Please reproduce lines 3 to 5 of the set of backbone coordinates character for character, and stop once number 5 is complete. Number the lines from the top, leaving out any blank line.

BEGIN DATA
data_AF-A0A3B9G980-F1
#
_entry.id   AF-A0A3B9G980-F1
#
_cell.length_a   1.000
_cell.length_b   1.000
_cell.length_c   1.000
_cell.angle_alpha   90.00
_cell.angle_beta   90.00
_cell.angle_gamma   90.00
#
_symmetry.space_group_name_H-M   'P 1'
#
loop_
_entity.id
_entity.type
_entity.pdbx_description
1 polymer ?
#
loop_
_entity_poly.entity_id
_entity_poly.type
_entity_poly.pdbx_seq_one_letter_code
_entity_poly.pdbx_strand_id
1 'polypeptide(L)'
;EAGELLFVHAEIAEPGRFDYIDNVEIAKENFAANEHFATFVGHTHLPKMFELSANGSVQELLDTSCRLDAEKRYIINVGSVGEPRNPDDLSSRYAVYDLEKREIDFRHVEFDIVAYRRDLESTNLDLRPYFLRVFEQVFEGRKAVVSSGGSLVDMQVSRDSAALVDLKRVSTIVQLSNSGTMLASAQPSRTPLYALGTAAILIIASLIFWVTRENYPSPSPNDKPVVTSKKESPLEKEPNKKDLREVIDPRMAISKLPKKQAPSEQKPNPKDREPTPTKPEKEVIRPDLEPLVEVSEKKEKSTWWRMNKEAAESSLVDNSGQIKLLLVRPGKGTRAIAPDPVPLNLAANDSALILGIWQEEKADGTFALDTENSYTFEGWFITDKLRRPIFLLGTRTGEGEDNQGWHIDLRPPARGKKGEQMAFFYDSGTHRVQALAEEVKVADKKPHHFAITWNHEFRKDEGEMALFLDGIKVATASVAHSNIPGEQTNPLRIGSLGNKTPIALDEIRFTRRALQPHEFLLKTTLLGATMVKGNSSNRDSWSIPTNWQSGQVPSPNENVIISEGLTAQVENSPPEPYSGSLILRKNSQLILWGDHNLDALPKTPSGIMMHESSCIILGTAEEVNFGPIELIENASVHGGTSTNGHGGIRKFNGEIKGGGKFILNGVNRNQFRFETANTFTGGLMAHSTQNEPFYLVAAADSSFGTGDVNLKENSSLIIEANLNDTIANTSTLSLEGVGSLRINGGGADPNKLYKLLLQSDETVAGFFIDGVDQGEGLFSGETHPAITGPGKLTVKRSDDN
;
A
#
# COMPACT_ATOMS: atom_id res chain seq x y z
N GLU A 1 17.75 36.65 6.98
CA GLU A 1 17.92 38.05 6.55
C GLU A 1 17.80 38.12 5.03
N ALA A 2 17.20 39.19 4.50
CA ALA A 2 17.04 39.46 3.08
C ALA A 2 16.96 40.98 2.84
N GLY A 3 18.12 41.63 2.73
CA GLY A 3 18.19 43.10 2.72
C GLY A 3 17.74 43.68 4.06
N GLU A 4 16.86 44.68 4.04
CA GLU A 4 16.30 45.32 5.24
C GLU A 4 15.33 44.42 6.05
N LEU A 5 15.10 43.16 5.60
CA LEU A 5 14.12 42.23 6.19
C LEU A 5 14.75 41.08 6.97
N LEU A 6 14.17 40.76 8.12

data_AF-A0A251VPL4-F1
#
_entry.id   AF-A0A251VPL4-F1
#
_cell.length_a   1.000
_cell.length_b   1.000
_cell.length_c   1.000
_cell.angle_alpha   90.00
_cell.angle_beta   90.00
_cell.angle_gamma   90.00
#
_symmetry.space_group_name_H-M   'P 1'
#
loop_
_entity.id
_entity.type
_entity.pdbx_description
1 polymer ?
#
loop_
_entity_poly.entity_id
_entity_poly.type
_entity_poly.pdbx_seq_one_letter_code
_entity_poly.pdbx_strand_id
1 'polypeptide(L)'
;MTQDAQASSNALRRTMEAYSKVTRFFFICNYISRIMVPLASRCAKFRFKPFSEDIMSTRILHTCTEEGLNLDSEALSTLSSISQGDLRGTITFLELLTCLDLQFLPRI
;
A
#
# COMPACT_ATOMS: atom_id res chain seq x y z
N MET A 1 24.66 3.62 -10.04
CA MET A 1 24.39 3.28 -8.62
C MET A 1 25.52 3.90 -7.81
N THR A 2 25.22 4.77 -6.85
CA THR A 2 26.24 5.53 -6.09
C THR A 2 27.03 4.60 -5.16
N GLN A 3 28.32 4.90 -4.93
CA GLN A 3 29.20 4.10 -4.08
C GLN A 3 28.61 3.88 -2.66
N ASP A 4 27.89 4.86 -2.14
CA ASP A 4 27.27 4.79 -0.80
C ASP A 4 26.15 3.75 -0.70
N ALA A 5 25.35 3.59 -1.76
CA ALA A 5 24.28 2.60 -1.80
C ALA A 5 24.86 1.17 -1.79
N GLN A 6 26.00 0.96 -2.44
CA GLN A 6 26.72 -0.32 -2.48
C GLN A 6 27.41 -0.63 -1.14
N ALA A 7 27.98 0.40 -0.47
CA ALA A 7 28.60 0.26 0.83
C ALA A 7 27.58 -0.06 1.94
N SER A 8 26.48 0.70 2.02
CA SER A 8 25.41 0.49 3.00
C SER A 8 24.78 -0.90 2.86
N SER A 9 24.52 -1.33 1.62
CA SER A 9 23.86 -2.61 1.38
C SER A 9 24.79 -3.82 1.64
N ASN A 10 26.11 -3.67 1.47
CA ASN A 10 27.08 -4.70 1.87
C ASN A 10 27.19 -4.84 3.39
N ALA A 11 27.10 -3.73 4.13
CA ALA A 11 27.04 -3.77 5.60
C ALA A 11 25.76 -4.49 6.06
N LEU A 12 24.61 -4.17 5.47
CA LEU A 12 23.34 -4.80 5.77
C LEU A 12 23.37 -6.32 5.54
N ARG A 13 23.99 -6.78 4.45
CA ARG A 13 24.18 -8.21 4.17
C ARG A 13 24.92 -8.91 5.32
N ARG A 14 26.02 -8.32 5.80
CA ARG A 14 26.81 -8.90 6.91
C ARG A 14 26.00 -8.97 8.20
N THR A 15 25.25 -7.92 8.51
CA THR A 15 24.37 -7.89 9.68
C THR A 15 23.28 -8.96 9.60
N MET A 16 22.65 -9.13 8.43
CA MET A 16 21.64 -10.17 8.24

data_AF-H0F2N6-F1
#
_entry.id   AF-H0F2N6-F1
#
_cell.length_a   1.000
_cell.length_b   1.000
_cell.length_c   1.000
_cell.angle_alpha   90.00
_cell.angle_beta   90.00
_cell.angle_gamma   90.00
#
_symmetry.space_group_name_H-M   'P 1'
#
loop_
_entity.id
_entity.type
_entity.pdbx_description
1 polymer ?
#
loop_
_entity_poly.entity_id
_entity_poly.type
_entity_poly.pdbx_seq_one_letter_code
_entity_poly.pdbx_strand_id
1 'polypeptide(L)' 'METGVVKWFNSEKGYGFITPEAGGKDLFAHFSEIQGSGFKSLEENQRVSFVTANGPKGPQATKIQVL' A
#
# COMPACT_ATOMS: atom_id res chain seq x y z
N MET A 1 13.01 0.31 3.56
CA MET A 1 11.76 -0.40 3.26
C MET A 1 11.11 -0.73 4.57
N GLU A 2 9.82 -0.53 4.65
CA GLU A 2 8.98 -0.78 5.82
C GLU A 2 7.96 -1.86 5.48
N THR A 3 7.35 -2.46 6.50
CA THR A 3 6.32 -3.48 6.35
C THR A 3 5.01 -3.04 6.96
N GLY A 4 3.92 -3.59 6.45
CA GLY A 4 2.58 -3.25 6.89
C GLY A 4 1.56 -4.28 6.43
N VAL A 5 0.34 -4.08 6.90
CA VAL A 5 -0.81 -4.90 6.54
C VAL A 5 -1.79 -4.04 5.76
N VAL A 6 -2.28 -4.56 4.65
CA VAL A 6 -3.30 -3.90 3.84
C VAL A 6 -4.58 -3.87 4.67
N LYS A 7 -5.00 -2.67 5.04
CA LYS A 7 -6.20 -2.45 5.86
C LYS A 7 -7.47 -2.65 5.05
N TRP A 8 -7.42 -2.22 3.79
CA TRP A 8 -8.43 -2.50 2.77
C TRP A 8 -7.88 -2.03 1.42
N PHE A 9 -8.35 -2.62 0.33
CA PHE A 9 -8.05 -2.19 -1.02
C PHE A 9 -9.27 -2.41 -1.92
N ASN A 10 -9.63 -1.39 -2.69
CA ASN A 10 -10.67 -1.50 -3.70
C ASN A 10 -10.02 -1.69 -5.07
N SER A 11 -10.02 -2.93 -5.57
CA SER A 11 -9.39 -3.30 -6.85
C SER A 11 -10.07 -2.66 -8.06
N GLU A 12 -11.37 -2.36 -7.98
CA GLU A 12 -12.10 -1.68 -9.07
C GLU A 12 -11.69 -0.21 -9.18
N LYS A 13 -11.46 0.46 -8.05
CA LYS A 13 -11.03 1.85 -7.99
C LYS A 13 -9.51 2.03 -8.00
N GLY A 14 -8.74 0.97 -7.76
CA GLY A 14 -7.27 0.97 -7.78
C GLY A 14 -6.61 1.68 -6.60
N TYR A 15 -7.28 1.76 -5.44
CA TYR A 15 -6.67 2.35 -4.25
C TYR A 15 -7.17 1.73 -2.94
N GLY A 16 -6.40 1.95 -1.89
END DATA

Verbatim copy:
_entry.id   AF-A0A3B9G980-F1
#
_cell.length_a   1.000